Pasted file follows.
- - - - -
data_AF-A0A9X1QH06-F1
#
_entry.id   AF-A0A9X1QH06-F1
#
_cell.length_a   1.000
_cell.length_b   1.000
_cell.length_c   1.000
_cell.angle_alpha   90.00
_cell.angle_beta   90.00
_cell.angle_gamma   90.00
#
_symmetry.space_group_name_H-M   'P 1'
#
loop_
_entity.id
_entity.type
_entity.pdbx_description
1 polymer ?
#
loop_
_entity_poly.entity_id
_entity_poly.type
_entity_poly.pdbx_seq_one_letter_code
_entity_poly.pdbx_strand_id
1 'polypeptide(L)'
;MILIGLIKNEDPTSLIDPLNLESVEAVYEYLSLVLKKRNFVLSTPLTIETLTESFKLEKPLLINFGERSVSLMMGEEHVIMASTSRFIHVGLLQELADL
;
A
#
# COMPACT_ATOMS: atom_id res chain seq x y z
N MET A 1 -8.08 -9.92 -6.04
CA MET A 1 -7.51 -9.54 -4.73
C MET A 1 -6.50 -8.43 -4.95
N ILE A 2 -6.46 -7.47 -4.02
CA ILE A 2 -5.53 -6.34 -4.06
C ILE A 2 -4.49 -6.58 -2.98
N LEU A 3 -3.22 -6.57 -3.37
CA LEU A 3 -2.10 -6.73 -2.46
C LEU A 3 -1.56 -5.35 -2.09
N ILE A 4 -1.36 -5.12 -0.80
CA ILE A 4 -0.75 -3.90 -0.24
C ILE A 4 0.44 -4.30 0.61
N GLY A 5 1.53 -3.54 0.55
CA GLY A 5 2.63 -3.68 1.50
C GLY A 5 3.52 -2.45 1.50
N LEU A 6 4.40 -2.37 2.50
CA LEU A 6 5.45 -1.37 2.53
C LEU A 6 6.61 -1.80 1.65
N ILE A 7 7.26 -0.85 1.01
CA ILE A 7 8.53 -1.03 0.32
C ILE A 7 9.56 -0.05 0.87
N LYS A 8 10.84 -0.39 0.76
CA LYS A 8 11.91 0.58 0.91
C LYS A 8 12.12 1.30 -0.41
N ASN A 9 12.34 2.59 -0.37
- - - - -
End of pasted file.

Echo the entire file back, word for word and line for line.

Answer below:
data_AF-A0A9X1QH06-F1
#
_entry.id   AF-A0A9X1QH06-F1
#
_cell.length_a   1.000
_cell.length_b   1.000
_cell.length_c   1.000
_cell.angle_alpha   90.00
_cell.angle_beta   90.00
_cell.angle_gamma   90.00
#
_symmetry.space_group_name_H-M   'P 1'
#
loop_
_entity.id
_entity.type
_entity.pdbx_description
1 polymer ?
#
loop_
_entity_poly.entity_id
_entity_poly.type
_entity_poly.pdbx_seq_one_letter_code
_entity_poly.pdbx_strand_id
1 'polypeptide(L)'
;MILIGLIKNEDPTSLIDPLNLESVEAVYEYLSLVLKKRNFVLSTPLTIETLTESFKLEKPLLINFGERSVSLMMGEEHVIMASTSRFIHVGLLQELADL
;
A
#
# COMPACT_ATOMS: atom_id res chain seq x y z
N MET A 1 -8.08 -9.92 -6.04
CA MET A 1 -7.51 -9.54 -4.73
C MET A 1 -6.50 -8.43 -4.95
N ILE A 2 -6.46 -7.47 -4.02
CA ILE A 2 -5.53 -6.34 -4.06
C ILE A 2 -4.49 -6.58 -2.98
N LEU A 3 -3.22 -6.57 -3.37
CA LEU A 3 -2.10 -6.73 -2.46
C LEU A 3 -1.56 -5.35 -2.09
N ILE A 4 -1.36 -5.12 -0.80
CA ILE A 4 -0.75 -3.90 -0.24
C ILE A 4 0.44 -4.30 0.61
N GLY A 5 1.53 -3.54 0.55
CA GLY A 5 2.63 -3.68 1.50
C GLY A 5 3.52 -2.45 1.50
N LEU A 6 4.40 -2.37 2.50
CA LEU A 6 5.45 -1.37 2.53
C LEU A 6 6.61 -1.80 1.65
N ILE A 7 7.26 -0.85 1.01
CA ILE A 7 8.53 -1.03 0.32
C ILE A 7 9.56 -0.05 0.87
N LYS A 8 10.84 -0.39 0.76
CA LYS A 8 11.91 0.58 0.91
C LYS A 8 12.12 1.30 -0.41
N ASN A 9 12.34 2.59 -0.37